Shipbreaking and the recycling society

EESC opinion: Shipbreaking and the recycling society

The EESC calls for a financial instrument to end "beaching"


Have you ever heard about beaching? It is not a relaxing outdoor sport or a fun internet game. On the contrary, behind this innocent-sounding word hides one of the harshest and most dangerous jobs in the world: shipbreaking on beaches in India, Bangladesh or Pakistan, where regulatory mechanisms are weak, ignoring basic safety rules, where labour force is cheap and respect for the environment non-existent. Unskilled workers – many of them under 18 - cut these coffin vessels apart for an estimated 3 $ for a 12 to 16 hour working day. Shipbreaking is the dismantling of end-of-life ships with the aim of recycling its materials.


EU has a moral responsibility to protect workers' rights also outside Europe

"We have to end this dangerous work, which not only exploits the poorest, but also puts their life in danger on a daily basis. It is the EU's moral duty to defend workers' basic rights abroad too", said Martin Siecker, rapporteur of the European Economic and Social Committee (EESC)'s own-initiative opinion on Shipbreaking and the recycling society, which was adopted on 19 October at the EESC's plenary.


EU ship owners control around 40% of the world's merchant fleet and account for around one third of the end-of-life tonnage beached in sub-standard yards in South Asia. Every year around 1,000 large ocean-going vessels are sold for dismantling. Over two thirds of these end-of-life ships end up on beaches in the above mentioned countries.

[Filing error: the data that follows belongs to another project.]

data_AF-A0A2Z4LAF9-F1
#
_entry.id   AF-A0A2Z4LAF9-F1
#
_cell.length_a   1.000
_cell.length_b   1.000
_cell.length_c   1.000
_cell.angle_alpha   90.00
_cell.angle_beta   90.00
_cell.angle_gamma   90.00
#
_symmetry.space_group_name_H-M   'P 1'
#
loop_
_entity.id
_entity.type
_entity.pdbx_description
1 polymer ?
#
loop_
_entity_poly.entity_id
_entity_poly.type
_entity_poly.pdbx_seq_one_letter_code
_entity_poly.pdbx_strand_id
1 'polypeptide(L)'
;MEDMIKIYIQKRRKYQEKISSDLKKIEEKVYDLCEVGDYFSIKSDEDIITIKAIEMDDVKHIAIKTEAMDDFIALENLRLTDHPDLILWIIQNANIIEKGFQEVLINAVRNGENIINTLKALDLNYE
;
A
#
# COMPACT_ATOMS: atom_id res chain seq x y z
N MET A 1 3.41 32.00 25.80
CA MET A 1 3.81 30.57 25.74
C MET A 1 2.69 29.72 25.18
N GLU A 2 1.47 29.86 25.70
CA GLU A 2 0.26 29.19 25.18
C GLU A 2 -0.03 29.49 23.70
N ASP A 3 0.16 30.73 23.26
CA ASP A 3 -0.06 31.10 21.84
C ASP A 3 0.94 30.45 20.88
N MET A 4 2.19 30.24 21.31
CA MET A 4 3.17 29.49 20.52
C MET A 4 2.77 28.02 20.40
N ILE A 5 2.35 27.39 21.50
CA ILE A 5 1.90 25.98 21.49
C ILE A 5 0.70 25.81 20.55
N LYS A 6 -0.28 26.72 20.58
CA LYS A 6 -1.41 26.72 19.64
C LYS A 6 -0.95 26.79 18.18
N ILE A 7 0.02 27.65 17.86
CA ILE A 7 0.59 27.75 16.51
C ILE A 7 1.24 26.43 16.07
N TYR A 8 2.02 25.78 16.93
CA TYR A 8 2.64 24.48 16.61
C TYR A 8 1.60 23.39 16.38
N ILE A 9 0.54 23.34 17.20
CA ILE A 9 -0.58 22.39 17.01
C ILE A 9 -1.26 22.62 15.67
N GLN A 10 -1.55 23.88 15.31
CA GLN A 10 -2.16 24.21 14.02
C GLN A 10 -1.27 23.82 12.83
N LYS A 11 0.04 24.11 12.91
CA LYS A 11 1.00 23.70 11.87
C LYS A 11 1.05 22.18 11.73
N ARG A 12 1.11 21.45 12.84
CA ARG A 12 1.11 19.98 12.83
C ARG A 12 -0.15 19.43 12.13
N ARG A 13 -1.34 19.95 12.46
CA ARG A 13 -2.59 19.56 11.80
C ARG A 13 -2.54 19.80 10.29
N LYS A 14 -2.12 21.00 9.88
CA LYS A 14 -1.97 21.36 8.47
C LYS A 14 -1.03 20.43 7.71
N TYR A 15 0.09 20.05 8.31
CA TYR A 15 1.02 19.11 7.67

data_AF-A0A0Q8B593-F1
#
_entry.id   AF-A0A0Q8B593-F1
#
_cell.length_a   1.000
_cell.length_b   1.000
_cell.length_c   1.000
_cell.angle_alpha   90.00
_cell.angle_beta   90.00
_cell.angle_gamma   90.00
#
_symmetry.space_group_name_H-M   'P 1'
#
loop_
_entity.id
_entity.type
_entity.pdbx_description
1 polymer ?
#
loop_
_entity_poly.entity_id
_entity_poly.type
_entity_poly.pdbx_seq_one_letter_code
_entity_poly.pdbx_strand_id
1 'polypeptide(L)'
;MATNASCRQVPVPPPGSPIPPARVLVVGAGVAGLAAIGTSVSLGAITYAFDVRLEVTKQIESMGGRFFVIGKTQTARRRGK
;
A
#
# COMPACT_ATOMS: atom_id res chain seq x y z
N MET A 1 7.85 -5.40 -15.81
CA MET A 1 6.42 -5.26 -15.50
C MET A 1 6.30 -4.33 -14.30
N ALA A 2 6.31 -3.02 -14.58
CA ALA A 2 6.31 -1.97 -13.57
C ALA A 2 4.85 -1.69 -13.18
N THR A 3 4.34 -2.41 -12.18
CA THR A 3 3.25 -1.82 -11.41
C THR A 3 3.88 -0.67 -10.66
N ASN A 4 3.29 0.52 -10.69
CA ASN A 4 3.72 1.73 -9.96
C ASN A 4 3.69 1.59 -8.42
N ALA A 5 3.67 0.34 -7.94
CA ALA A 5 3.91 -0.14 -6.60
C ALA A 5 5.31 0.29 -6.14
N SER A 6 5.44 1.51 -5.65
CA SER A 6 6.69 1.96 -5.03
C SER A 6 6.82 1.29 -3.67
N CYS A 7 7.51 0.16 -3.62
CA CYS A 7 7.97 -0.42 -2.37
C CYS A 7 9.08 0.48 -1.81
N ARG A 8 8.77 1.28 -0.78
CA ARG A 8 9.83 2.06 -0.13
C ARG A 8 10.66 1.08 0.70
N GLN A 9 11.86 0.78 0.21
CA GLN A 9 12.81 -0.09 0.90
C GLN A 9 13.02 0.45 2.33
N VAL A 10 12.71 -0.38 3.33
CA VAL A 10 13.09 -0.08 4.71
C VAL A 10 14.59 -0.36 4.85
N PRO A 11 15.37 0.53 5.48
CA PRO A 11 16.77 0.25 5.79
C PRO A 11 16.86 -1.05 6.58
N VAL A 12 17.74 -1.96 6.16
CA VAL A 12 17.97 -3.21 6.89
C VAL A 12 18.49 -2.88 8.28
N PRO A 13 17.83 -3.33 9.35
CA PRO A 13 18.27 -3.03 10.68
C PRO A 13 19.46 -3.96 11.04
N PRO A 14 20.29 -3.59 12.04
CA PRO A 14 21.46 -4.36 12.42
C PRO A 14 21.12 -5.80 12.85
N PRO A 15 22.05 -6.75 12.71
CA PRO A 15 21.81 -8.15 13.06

Tightening up regulation through economic instruments

The EESC urges the Commission to come up with more rigorous legislation that recognizes ship owners' responsibility and duty to dispose of their ships in a decent way. The 'polluter pays principle' should also be applied to ship-owners and the EU has a particular responsibility to eliminate the abuses of irresponsible and inhuman ship dismantling, argues the EESC, calling for an economic instrument which can guide developments in the desired direction. “If Europe wants its ships to be scrapped in a responsible way, it is reasonable that it should ensure that the cost of doing so is integrated into the operating cost of the vessel”, said Richard Adams, co-rapporteur of the EESC opinion.


Several attempts have been made on international level to enforce ship owner responsibility for coffin ships, but with little or no success. In the EU, the search for an effective solution has been on the agenda for many years. With the EU Ship Recycling Regulation (EU SRR), which will be applicable at the latest in 2018, the Commission is setting high standards for ship recycling facilities, but ship-owners can easily circumvent this regulation by transferring ownership or simply flagging out of the EU.


A new industry for maritime areas

While the majority of ship recycling would probably still take place in countries with low labour cost, it would at least then happen under better working and environmental conditions. But sustainable ship recycling could also be profitable for Europe. Given the scarcity of raw materials and their high and volatile prices, an industry specializing in recycling end-of-life ships could generate growth and jobs in particular in maritime areas and help to reduce import balance of raw materials.